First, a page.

FROM CLINICAL MEDICINE & RESEARCH
The incidence of primary biliary cholangitis (PBC) in rural parts of the midwestern United States has remained stable over the last 2 decades, allowing better prognosis and improved survival rates.
In a population-based cohort study, Rajan Kanth, MD, and his associates researched 79 incident PBC cases observed in the Marshfield Epidemiologic Study Area (MESA) of 24 zip codes in central and northern Wisconsin between 1992 and 2011. The overall age- and sex-standardized PBC incidence rate was 4.9 cases per 100,000 person-years. The annual incidence rate of PBC increased; however, it was not significant (P = .114) during the 20-year study time frame. In women, PBC ranged from a low of 6.9 cases per 100,000 person-years in 1992-1996 to a high of 11.3 cases per 100,000 person-years in 2002-2006. The sex-specific comparisons were not significant at any time during the 5-year period.
After a mean follow-up of 7.3 years, 23 (29%) patients with PBC died. The estimated 10-year survival of PBC cases in MESA was 76%.
Researchers noted the MESA source population grew over the 20-year study time frame, going from a low of 364,722 MESA person-years in 1992-1996 to a high of 409,670 person-years in 2007-2011. The proportion of men and women in MESA were consistent throughout the study, but there was a general population aging trend with a 29% increase in the number of individuals aged 40-69 years in 2007-2011 relative to 1992-1996.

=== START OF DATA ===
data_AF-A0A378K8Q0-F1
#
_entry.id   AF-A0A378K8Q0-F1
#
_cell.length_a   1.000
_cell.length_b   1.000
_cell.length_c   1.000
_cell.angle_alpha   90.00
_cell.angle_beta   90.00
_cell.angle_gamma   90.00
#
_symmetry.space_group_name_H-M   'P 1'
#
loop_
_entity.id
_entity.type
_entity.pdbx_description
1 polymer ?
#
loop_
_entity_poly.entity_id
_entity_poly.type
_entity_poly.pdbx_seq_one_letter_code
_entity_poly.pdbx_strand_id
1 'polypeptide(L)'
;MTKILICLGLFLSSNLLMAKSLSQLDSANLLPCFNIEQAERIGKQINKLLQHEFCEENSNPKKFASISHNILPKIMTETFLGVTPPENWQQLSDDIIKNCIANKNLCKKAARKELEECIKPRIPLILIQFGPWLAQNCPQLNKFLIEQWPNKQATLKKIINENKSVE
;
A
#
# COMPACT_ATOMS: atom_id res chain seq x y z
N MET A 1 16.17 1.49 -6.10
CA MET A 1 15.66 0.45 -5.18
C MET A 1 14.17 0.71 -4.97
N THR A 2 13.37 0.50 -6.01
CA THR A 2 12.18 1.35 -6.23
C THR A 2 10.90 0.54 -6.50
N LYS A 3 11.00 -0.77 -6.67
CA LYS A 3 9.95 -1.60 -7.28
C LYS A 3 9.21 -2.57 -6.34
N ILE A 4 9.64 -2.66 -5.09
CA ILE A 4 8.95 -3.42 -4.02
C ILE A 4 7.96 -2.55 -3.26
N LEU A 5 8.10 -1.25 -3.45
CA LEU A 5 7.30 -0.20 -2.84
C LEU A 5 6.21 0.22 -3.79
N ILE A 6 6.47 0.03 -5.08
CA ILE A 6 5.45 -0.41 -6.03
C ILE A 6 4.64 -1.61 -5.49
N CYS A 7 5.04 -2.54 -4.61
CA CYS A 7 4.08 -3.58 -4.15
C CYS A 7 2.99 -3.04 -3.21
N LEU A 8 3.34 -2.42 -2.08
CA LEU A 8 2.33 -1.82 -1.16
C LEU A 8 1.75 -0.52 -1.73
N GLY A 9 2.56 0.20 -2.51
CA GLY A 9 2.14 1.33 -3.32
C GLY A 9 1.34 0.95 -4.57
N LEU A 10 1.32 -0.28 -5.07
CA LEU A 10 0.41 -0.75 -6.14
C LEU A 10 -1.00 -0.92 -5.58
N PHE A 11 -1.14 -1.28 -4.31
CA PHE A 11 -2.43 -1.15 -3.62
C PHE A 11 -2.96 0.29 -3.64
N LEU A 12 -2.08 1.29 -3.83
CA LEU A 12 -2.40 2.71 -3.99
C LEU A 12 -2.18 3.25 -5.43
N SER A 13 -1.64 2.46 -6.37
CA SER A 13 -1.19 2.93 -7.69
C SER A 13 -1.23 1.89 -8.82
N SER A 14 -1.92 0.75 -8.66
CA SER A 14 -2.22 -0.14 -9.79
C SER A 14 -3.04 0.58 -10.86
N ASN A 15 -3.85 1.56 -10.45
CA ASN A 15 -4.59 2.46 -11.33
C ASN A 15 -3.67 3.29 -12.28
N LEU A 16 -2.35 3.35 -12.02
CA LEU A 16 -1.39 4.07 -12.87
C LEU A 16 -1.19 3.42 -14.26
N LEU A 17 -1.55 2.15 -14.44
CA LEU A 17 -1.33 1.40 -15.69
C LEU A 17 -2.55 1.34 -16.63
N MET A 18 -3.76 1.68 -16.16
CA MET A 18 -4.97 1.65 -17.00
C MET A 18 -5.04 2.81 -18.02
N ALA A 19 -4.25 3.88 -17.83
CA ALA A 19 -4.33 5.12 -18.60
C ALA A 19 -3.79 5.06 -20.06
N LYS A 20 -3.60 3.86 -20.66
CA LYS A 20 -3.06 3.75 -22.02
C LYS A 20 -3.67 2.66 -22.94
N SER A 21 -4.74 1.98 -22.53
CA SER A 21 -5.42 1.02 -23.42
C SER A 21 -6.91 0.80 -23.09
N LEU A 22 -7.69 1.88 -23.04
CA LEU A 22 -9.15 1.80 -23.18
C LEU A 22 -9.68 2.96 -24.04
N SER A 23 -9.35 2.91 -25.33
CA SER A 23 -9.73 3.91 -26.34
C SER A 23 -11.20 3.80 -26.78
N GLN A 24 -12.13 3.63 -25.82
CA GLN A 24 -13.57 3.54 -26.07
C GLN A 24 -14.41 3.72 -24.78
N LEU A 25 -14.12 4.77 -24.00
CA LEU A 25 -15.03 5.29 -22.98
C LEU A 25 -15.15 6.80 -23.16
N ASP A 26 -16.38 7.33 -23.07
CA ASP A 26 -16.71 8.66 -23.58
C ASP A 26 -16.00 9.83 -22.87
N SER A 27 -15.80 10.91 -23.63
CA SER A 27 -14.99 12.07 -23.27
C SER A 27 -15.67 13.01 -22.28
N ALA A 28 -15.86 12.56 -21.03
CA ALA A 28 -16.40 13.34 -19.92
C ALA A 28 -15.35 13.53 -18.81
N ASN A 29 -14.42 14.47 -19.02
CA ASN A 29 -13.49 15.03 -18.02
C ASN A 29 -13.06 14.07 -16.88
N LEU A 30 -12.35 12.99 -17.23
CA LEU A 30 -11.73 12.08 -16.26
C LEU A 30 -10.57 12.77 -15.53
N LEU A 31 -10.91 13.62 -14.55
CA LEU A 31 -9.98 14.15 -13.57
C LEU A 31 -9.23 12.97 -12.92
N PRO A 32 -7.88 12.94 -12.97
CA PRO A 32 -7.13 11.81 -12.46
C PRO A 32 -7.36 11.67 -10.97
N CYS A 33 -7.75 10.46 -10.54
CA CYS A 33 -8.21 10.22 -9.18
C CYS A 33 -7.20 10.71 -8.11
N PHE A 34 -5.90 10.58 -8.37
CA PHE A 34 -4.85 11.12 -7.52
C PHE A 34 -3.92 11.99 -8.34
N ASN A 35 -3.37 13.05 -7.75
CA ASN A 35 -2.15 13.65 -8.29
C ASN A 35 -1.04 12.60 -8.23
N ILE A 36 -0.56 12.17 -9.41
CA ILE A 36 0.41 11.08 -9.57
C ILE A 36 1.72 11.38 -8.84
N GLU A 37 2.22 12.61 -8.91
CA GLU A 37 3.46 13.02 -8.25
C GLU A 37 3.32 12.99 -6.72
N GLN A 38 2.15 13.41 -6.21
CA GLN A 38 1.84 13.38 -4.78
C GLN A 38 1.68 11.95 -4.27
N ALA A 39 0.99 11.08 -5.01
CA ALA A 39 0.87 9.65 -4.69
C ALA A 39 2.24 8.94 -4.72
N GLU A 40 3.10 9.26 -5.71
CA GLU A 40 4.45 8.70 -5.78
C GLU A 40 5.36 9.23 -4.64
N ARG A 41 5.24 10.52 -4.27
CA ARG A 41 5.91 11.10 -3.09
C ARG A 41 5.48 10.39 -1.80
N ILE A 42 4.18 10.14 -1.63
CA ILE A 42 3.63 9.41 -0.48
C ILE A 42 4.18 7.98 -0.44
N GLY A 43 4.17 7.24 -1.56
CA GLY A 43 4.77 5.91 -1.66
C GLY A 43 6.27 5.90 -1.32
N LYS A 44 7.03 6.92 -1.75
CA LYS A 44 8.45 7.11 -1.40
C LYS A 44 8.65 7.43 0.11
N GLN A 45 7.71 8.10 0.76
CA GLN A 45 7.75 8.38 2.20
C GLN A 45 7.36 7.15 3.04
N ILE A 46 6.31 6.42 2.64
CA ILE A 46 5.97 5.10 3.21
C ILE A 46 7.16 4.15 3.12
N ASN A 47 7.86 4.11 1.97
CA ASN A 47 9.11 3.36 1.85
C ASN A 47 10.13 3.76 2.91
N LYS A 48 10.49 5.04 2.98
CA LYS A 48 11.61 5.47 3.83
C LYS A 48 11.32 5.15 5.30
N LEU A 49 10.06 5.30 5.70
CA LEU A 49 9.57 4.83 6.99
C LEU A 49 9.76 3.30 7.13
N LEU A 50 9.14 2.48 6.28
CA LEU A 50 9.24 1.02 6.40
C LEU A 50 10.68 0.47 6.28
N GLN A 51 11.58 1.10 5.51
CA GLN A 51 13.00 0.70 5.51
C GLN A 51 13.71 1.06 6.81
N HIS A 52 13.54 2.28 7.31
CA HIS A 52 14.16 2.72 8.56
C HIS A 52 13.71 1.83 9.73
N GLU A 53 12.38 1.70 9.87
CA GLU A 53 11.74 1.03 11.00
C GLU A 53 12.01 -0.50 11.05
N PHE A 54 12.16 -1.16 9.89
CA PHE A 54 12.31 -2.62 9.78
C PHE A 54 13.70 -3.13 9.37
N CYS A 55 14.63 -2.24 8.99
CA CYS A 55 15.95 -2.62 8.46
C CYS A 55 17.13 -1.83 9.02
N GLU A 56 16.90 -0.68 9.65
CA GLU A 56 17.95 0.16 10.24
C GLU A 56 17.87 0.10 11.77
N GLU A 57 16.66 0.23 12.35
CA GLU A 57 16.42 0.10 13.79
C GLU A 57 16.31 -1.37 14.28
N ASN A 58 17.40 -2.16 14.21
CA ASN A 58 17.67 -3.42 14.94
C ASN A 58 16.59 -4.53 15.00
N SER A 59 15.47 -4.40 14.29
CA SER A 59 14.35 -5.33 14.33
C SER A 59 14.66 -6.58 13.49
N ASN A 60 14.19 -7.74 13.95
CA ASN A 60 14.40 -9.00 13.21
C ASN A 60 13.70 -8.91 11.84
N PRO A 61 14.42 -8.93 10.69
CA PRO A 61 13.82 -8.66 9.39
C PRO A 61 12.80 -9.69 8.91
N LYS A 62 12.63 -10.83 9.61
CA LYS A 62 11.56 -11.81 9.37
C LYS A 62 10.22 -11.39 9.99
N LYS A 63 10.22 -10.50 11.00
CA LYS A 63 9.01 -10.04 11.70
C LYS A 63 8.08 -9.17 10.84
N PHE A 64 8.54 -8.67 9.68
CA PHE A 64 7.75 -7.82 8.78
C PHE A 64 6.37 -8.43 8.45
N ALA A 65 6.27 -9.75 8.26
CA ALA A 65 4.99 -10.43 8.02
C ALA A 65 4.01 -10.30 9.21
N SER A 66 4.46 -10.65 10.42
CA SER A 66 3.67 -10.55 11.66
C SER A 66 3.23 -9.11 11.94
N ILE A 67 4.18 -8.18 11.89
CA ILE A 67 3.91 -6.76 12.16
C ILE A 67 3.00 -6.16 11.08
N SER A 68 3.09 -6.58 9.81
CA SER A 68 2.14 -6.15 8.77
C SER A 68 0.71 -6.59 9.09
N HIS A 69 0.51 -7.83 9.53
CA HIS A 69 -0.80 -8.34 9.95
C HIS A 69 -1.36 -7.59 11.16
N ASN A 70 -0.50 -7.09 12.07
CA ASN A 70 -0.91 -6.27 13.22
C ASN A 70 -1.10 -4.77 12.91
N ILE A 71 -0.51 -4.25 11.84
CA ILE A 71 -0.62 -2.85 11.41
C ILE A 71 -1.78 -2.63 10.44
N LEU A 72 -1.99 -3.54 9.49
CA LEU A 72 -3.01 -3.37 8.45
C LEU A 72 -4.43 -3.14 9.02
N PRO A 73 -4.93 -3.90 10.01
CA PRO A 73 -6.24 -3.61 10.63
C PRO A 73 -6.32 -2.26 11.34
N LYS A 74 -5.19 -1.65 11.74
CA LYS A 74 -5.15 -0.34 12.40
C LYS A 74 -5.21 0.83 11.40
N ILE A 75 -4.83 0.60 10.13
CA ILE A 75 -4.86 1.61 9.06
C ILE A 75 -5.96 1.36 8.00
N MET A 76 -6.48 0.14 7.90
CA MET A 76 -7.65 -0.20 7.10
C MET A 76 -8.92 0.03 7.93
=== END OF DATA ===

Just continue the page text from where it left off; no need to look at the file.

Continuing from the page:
“The overall incidence of PBC in a Midwestern population of the United States has remained relatively stable over the last two decades,” researchers concluded. “Results suggest that the overall incidence of PBC in the United States is not rising quickly, and that patients with PBC have generally improved prognosis and survival.”
Find the full study in Clinical Medicine & Research (2017. doi: 10.3121/cmr.2017.1351 ).